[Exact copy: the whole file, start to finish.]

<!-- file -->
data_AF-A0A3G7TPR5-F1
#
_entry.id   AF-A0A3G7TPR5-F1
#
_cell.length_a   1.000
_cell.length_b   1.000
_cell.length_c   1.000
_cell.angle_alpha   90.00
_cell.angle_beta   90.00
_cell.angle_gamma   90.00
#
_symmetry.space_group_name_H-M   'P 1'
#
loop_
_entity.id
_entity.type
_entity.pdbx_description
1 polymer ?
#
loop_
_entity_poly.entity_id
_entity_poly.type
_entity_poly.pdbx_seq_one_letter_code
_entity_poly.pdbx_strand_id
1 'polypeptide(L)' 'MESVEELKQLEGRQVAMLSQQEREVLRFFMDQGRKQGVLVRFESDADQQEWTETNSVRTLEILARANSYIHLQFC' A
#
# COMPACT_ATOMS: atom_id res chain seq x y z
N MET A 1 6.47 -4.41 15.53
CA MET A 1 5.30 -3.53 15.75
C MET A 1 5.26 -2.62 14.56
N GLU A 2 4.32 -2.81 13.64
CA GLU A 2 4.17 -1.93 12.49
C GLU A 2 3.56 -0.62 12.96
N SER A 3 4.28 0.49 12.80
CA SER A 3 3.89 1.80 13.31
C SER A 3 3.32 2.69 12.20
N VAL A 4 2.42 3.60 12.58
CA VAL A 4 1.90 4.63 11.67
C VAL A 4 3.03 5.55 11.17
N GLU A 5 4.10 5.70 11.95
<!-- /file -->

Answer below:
data_AF-A0A3G7TPR5-F1
#
_entry.id   AF-A0A3G7TPR5-F1
#
_cell.length_a   1.000
_cell.length_b   1.000
_cell.length_c   1.000
_cell.angle_alpha   90.00
_cell.angle_beta   90.00
_cell.angle_gamma   90.00
#
_symmetry.space_group_name_H-M   'P 1'
#
loop_
_entity.id
_entity.type
_entity.pdbx_description
1 polymer ?
#
loop_
_entity_poly.entity_id
_entity_poly.type
_entity_poly.pdbx_seq_one_letter_code
_entity_poly.pdbx_strand_id
1 'polypeptide(L)' 'MESVEELKQLEGRQVAMLSQQEREVLRFFMDQGRKQGVLVRFESDADQQEWTETNSVRTLEILARANSYIHLQFC' A
#
# COMPACT_ATOMS: atom_id res chain seq x y z
N MET A 1 6.47 -4.41 15.53
CA MET A 1 5.30 -3.53 15.75
C MET A 1 5.26 -2.62 14.56
N GLU A 2 4.32 -2.81 13.64
CA GLU A 2 4.17 -1.93 12.49
C GLU A 2 3.56 -0.62 12.96
N SER A 3 4.28 0.49 12.80
CA SER A 3 3.89 1.80 13.31
C SER A 3 3.32 2.69 12.20
N VAL A 4 2.42 3.60 12.58
CA VAL A 4 1.90 4.63 11.67
C VAL A 4 3.03 5.55 11.17
N GLU A 5 4.10 5.70 11.95